Beyond DISC

Beyond DISC: Using Behavioral Attitude Index for Coaching

The DISC personality model is a great place to start when offering leadership coaching, but it doesn’t paint a complete picture of what someone brings to your organization. The four personality styles are useful when understanding interactions between people and provide the “framework” for helpful coaching plans. You can take it to the next level of leadership success by including PeopleKeys’ proprietary Behavioral Attitudes Index (BAI) report. The BAI assesses six different desires that motivate us internally. When our actions and tasks match our BAI styles, our attitudes are seen as positive and vice-versa.

Expand your coaching skill set with  Certification in behavioral analysisLet’s see how this different dimension interacts with the DISC styles to provide a more detailed profile for leadership coaching:

Inner Awareness/Spiritual

This is a desire for harmony, self-growth, and balance. People with this primary BAI style want to pursue their passion and purpose. For the “Dominant” personality, while peace may be the goal, they may become frustrated with themselves for not getting to that point quickly. The “Influencer” personality may talk about their spiritual pursuits with others, which could either inspire them or bore them if the “I” style makes it all about themselves. A “Steady” leader already seeks harmony, so their coaching might center on how to get comfortable with confrontation. The “Compliant” style can use this motivation to ease up on their analytical side and appreciate others who may not have the details they like.

Social/Humanitarian

This BAI style is the desire for helping and serving others. If the “D” style is driven by this, they may need to be coached about their intensity of approach. The “I” style gets caught up in this motivator since it’s people-centric, but their impulsiveness can lead them to bite off more than they can chew. An “S” style can use coaching on how to not go too far when putting the needs of others over their own. As someone who focuses on details, the “C” style’s desire to help can be overshadowed by focusing on too many details.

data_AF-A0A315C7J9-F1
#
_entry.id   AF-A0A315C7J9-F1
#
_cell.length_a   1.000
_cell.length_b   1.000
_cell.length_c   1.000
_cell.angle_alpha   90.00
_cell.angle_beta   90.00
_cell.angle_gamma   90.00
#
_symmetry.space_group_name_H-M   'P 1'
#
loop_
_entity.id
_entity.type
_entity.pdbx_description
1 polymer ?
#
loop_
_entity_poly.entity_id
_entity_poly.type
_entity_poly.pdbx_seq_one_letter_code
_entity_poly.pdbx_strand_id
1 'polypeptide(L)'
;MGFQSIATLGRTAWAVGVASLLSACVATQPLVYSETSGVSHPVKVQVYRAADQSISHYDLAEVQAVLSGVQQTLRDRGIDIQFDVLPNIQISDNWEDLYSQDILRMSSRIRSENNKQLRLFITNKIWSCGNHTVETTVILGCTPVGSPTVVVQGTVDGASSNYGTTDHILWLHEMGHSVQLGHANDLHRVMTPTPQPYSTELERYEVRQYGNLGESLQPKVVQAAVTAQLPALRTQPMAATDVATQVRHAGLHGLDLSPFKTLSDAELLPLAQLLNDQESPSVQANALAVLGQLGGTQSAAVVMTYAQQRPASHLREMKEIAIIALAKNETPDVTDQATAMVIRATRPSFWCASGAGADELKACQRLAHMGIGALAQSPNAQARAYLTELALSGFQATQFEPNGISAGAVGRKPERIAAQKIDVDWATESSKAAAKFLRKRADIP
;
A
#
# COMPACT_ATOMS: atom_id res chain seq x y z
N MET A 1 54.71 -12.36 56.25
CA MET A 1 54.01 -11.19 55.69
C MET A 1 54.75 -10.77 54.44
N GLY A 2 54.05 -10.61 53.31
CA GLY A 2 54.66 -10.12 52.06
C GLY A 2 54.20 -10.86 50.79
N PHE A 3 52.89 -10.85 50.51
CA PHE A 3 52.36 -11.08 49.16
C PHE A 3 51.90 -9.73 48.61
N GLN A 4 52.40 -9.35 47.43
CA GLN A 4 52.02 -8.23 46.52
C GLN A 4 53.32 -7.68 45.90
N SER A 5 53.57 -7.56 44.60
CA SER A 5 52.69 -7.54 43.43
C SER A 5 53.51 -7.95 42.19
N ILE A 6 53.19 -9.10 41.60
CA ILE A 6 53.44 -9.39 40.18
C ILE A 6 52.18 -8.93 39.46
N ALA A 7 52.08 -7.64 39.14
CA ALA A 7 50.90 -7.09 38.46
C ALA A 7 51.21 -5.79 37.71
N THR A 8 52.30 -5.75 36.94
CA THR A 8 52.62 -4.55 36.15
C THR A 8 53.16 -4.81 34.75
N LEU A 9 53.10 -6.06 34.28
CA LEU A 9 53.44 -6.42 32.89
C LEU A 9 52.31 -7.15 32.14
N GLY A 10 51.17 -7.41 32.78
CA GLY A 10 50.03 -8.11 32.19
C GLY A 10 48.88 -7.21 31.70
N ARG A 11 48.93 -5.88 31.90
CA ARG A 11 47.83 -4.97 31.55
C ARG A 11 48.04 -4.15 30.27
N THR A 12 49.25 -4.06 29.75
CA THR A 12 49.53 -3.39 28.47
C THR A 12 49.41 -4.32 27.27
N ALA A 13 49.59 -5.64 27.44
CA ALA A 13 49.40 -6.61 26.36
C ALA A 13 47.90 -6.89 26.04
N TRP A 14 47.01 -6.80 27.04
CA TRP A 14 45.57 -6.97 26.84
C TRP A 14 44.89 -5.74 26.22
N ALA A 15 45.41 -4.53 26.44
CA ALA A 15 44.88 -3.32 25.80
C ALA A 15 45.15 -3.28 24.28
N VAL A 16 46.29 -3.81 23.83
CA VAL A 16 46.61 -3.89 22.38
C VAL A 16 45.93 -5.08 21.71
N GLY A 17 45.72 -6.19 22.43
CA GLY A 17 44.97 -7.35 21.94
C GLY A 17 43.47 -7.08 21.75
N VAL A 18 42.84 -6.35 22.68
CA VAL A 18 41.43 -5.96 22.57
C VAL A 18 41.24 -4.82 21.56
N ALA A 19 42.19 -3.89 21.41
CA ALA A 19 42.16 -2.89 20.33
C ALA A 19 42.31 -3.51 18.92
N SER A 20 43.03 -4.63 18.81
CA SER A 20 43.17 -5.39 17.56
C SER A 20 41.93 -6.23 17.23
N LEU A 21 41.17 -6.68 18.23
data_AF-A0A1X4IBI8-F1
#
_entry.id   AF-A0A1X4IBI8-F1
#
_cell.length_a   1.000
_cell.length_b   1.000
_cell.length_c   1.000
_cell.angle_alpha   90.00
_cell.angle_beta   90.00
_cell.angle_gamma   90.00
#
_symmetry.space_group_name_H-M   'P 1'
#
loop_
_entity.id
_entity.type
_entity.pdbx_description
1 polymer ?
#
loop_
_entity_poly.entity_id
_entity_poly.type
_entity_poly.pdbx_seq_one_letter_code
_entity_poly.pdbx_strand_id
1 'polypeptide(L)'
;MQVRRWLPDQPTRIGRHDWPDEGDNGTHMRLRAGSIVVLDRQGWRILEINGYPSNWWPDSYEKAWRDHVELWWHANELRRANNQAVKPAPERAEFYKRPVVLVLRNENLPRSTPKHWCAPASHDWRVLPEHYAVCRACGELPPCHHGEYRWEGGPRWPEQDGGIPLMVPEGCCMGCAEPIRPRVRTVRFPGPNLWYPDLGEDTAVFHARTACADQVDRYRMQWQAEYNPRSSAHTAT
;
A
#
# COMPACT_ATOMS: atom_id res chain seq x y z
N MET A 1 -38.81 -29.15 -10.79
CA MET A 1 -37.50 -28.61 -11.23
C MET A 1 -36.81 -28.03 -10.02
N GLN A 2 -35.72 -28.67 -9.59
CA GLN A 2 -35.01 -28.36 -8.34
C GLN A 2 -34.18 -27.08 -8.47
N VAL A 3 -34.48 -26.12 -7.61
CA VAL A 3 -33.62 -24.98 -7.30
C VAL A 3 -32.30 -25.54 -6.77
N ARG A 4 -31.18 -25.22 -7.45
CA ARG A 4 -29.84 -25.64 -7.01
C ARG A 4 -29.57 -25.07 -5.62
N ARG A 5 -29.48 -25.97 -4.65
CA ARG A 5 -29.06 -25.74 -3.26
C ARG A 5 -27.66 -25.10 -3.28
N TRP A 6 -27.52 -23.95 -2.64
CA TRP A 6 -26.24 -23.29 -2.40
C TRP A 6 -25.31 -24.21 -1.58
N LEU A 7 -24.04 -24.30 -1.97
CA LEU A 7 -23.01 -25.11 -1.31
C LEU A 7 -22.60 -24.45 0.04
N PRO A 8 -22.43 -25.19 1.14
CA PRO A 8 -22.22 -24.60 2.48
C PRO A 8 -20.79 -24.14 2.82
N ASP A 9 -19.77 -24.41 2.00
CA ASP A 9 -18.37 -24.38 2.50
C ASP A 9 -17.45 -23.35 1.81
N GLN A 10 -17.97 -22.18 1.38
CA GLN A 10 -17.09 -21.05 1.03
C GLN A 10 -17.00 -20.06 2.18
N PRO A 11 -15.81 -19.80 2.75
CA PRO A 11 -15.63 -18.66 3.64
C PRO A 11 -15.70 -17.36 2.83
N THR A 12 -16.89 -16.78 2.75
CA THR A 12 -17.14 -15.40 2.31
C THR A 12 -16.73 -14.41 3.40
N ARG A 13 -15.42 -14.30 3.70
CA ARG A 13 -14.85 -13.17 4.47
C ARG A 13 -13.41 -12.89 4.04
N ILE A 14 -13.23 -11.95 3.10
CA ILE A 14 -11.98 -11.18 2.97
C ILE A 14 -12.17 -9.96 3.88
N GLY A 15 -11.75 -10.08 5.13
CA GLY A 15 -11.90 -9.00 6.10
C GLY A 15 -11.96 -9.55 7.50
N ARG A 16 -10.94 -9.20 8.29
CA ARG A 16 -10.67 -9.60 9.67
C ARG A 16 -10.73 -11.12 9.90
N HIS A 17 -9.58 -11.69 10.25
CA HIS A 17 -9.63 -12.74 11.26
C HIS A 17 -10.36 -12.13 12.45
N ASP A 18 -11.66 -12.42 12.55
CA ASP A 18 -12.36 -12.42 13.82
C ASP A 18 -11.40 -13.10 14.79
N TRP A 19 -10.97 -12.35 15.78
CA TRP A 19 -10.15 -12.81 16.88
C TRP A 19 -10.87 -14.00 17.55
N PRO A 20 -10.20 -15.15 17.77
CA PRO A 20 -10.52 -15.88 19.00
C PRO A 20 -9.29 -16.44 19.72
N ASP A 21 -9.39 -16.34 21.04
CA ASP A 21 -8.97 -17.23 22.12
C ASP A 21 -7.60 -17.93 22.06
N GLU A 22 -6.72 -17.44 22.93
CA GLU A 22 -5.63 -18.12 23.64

Power/Political

This is the desire to be in charge or have influence. When a “D” style has this motivation, the leadership coaching opportunity is about not taking their intensity too far in their quest for power. An “I” style may be coached on handling rejection, as they seek to influence others. The “S” style may want to lead, but their dislike of confrontation may hold them back. A “C” style may become overly critical of others as they try to demonstrate power over them through excessive detail.

Economic/Tangible

We all want to make a living, but this BAI style has a strong desire for financial security. This can lead the “D” style to step on others while reaching for a better financial status. The “I” style with this motivator can be coached around setting small, achievable financial goals. An “S” style may benefit from coaching about increased flexibility, since opportunities often involve something new. And the “C” style will need reminders to stop counting their loot and focus on others occasionally.

Artistic/Innovative

With this BAI style, people have a strong desire to express themselves as individuals. The “D” style may need to be coached about imposing themselves and their beliefs on others. An “I” style can take this desire overboard, boring team mates and losing their leadership edge. The “S” style may actually need encouragement to share their gifts with others. Some “C” style coaching can center on helping them read their audience, since their expression may be too detailed for some personalities.

Knowledge/Proficiency

Simply put, this is the desire to learn. As the “D” styles seek to understand, their impatience can be the focus of their leadership coaching. The “I” style fears rejection, so getting past that is the first step for gaining understanding about something. An “S” style can use some nudging on how to stay focused on their own knowledge quest and not put their desires aside for others. Finally, the “C” style’s highly analytical approach can lead them down a rabbit hole, taking away from their leadership effectiveness.

As you can see, the combination of DISC style with the BAI styles creates dozens of profiles that are more helpful in understanding your coaching clients. Most DISC assessments end there, but I’ve benefited from the comprehensive 4D Report: DISC + TEAMS + Values + BAI. From the standpoint of leadership coaching, the rich information from this report provides numerous dimensions for examination.

Written by: Michael Dattilio

Leave A Comment